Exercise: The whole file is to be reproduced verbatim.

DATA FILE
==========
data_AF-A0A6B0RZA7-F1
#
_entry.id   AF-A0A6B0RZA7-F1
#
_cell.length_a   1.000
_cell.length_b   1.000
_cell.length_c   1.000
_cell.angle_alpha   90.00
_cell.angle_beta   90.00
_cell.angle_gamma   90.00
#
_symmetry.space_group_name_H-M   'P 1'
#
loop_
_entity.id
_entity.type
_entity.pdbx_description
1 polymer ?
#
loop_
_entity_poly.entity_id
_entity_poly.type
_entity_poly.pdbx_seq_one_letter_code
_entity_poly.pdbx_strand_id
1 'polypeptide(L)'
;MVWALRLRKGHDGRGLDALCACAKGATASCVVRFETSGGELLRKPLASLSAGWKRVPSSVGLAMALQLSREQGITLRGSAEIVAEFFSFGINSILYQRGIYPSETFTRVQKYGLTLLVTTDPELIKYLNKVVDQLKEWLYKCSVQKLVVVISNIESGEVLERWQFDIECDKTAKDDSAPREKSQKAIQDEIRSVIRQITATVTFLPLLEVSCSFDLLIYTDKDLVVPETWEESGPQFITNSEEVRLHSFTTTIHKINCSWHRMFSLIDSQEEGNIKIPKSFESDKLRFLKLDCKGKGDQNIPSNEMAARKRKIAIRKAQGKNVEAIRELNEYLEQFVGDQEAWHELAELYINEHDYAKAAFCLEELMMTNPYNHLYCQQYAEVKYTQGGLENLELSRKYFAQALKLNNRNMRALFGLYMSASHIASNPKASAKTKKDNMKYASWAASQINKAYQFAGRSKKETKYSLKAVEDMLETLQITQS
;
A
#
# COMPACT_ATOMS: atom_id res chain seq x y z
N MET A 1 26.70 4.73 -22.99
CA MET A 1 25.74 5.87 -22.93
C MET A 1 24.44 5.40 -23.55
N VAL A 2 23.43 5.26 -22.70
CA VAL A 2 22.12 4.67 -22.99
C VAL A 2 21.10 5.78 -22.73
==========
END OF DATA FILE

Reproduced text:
data_AF-A0A6B0RZA7-F1
#
_entry.id   AF-A0A6B0RZA7-F1
#
_cell.length_a   1.000
_cell.length_b   1.000
_cell.length_c   1.000
_cell.angle_alpha   90.00
_cell.angle_beta   90.00
_cell.angle_gamma   90.00
#
_symmetry.space_group_name_H-M   'P 1'
#
loop_
_entity.id
_entity.type
_entity.pdbx_description
1 polymer ?
#
loop_
_entity_poly.entity_id
_entity_poly.type
_entity_poly.pdbx_seq_one_letter_code
_entity_poly.pdbx_strand_id
1 'polypeptide(L)'
;MVWALRLRKGHDGRGLDALCACAKGATASCVVRFETSGGELLRKPLASLSAGWKRVPSSVGLAMALQLSREQGITLRGSAEIVAEFFSFGINSILYQRGIYPSETFTRVQKYGLTLLVTTDPELIKYLNKVVDQLKEWLYKCSVQKLVVVISNIESGEVLERWQFDIECDKTAKDDSAPREKSQKAIQDEIRSVIRQITATVTFLPLLEVSCSFDLLIYTDKDLVVPETWEESGPQFITNSEEVRLHSFTTTIHKINCSWHRMFSLIDSQEEGNIKIPKSFESDKLRFLKLDCKGKGDQNIPSNEMAARKRKIAIRKAQGKNVEAIRELNEYLEQFVGDQEAWHELAELYINEHDYAKAAFCLEELMMTNPYNHLYCQQYAEVKYTQGGLENLELSRKYFAQALKLNNRNMRALFGLYMSASHIASNPKASAKTKKDNMKYASWAASQINKAYQFAGRSKKETKYSLKAVEDMLETLQITQS
;
A
#
# COMPACT_ATOMS: atom_id res chain seq x y z
N MET A 1 26.70 4.73 -22.99
CA MET A 1 25.74 5.87 -22.93
C MET A 1 24.44 5.40 -23.55
N VAL A 2 23.43 5.26 -22.70
CA VAL A 2 22.12 4.67 -22.99
C VAL A 2 21.10 5.78 -22.73